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An Expat Talks about Moving to Cuenca, Ecuador


Cuenca, Ecuador

An expat in Cuenca, Ecuador advises others to take an exploratory trip before committing to making the move. Then, if you do move to Cuenca, leave your furniture at home since it's very expensive to ship and furniture is very reasonably priced in Ecuador.

What is the name of the city or town that you are reporting on?

Cuenca

Name three things that you wish you had brought and three you wish you had left at home.

I wish I had brought: Electric blanket, Thermos, underwear, More vitamins. I wish I had left: Dress shoes, Dress clothes, Sweaters

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What advice would you give someone preparing to move to your area about the actual move, choosing a neighborhood and finding a home?

Good idea to take a exploratory trip first, get an idea of the area and where you might want to live. Check out available apartments and rent cost. Many expats arrive here with a container full of stuff that they cannot live without which is an added expense considering you can have furniture made here at very reasonable costs. And then many of them move back to their country just after 6 months selling all their stuff here.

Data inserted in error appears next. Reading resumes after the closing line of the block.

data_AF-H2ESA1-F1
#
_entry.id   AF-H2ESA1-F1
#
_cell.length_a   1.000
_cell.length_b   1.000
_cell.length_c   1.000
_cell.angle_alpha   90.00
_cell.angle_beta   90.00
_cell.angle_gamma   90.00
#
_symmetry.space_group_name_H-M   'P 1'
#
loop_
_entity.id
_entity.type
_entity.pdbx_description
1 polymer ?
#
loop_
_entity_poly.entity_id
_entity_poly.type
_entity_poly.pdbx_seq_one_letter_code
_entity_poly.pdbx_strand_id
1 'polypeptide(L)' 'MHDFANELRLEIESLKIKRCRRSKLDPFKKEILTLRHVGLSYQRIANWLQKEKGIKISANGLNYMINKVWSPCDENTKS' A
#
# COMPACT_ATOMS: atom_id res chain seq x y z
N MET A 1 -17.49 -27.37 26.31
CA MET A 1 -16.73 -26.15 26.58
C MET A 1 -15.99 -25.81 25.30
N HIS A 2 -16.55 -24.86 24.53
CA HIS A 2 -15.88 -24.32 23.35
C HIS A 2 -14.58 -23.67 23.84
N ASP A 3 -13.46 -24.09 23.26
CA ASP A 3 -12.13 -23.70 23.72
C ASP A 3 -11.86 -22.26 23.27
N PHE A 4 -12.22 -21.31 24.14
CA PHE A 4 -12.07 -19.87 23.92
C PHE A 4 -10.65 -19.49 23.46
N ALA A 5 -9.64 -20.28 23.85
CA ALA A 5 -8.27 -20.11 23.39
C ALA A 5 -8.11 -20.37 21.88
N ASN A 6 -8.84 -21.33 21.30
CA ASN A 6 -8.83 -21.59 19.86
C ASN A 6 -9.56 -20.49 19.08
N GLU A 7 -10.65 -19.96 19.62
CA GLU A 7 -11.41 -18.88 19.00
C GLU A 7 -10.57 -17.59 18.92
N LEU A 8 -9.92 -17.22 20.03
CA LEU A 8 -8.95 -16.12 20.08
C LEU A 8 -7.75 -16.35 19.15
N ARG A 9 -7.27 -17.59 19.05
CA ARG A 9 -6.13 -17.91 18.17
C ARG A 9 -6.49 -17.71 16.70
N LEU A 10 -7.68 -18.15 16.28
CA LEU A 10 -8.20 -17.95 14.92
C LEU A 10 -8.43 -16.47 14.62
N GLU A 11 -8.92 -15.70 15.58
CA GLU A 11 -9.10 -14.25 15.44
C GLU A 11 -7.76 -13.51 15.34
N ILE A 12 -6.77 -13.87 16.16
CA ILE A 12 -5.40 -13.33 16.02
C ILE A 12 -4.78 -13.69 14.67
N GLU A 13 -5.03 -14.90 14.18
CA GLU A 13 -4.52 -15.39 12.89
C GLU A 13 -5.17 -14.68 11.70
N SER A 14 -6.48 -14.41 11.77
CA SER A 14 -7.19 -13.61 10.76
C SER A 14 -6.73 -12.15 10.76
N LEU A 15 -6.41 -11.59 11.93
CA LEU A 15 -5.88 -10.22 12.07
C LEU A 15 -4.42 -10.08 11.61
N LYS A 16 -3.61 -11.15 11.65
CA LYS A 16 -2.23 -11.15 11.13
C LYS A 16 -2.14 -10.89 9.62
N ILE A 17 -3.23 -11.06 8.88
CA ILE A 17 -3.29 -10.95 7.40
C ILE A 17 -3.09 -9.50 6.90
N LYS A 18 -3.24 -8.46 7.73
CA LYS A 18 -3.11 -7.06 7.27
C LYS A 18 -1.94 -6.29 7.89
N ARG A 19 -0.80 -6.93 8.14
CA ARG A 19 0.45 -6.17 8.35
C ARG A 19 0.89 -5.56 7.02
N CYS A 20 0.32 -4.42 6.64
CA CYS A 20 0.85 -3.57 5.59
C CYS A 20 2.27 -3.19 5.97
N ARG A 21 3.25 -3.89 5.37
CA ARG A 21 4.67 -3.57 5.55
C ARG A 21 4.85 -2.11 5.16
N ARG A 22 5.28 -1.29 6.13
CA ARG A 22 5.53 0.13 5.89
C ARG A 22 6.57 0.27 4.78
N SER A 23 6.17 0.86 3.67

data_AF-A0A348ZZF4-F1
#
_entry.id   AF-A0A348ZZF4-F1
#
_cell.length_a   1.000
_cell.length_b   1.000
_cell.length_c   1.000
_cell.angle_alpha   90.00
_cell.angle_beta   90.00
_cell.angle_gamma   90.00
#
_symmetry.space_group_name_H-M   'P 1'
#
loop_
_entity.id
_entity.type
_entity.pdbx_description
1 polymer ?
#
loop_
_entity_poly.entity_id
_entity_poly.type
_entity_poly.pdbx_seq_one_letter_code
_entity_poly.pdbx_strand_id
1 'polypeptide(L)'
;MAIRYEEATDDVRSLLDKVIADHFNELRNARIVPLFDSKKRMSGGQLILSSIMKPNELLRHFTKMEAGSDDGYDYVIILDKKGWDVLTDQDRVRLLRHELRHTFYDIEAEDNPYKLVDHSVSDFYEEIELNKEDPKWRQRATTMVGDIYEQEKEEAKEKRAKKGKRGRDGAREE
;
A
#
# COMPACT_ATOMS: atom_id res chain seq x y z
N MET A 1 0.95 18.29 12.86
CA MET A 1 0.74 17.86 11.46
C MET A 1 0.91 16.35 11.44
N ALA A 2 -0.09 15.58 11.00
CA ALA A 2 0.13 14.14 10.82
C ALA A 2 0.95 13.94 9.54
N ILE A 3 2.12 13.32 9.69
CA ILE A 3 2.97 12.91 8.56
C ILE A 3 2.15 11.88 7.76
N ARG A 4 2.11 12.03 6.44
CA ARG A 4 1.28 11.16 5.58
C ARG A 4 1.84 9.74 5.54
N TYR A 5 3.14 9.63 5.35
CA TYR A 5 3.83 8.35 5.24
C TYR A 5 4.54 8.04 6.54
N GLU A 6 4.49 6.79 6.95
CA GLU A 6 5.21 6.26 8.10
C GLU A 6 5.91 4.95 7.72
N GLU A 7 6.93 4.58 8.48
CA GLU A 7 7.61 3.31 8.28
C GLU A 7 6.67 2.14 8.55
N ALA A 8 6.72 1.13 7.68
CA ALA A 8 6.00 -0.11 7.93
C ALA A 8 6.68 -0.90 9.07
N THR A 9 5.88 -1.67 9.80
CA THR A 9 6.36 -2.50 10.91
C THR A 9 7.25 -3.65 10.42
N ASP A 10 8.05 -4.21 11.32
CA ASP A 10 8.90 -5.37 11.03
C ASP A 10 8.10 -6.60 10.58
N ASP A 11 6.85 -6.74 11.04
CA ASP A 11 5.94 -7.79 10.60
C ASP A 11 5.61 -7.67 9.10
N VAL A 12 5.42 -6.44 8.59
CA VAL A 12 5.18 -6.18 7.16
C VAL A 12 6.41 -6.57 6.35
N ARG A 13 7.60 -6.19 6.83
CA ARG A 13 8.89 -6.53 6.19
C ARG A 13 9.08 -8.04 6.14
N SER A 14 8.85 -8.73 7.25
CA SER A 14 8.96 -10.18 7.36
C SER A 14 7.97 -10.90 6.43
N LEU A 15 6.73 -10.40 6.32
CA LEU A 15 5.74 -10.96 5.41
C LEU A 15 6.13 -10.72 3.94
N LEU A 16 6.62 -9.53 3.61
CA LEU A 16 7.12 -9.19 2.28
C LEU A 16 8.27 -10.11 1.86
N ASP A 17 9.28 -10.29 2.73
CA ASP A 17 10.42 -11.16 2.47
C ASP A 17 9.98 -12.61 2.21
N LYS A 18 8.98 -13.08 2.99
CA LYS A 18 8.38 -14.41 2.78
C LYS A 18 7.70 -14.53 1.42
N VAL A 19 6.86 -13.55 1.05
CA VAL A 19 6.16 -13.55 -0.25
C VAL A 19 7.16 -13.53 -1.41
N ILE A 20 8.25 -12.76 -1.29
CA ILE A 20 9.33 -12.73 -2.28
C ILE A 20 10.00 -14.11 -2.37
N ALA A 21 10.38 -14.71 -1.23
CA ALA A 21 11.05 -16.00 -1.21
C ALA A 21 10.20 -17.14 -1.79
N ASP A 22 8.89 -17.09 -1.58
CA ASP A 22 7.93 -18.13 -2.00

What type of housing do you live in? Is this typical for most expats in your area?

11th floor 2B/2B condo with river view and 24 hour security guards and underground car parking.

How did you choose your neighborhood and find your home or apartment?

Found a high rise condo in the local paper for the right amount of rent.

Expats living in Ecuador interested in expat health insurance should take a minute to get a quote from our trusted expat health insurance partner, CIGNA. Get a Quote

Expats living in Ecuador interested in expat health insurance should take a minute to get a quote from our trusted expat health insurance partner, CIGNA.

Are your housing costs higher or lower than they were in your home country? What is the average cost of housing there?

Housing for expats seems to be going up mostly because new expats will pay the asking prices which are still much cheaper then in the US. Furnished apartments average $500-$700. Unfurnished $300-$500 http://gas2335.blogspot.com/2013/05/update-on-my-cuenca-ecuador-condo.html

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Comments about this Report

Sueetta
Feb 3, 2015 10:40

Brought a really good space heater instead of an electric blanket since they have been found unhealthy to sleep under. Supplements are the only thing difficult to find here as we do in the US....things like cinnamon capsules, acidophilus, Fenugreek. Basics are available here. No canning jars are sold in Ecuador, apparently, so importing some of those with reusable rings as like making my own applesauce and apple butter. Also for storing salad greens to keep them fresh longer in the fridge. Very glad I brought my small appliances and tech equipment. Buy a printer here so can get toner easily and cheaply....my HP printer toner cartridges as from US have different magnetic strips on them. Bring sweat shirts and pants to wear at home for comfort during rainy season, too. Light jackets and rain gear needed too.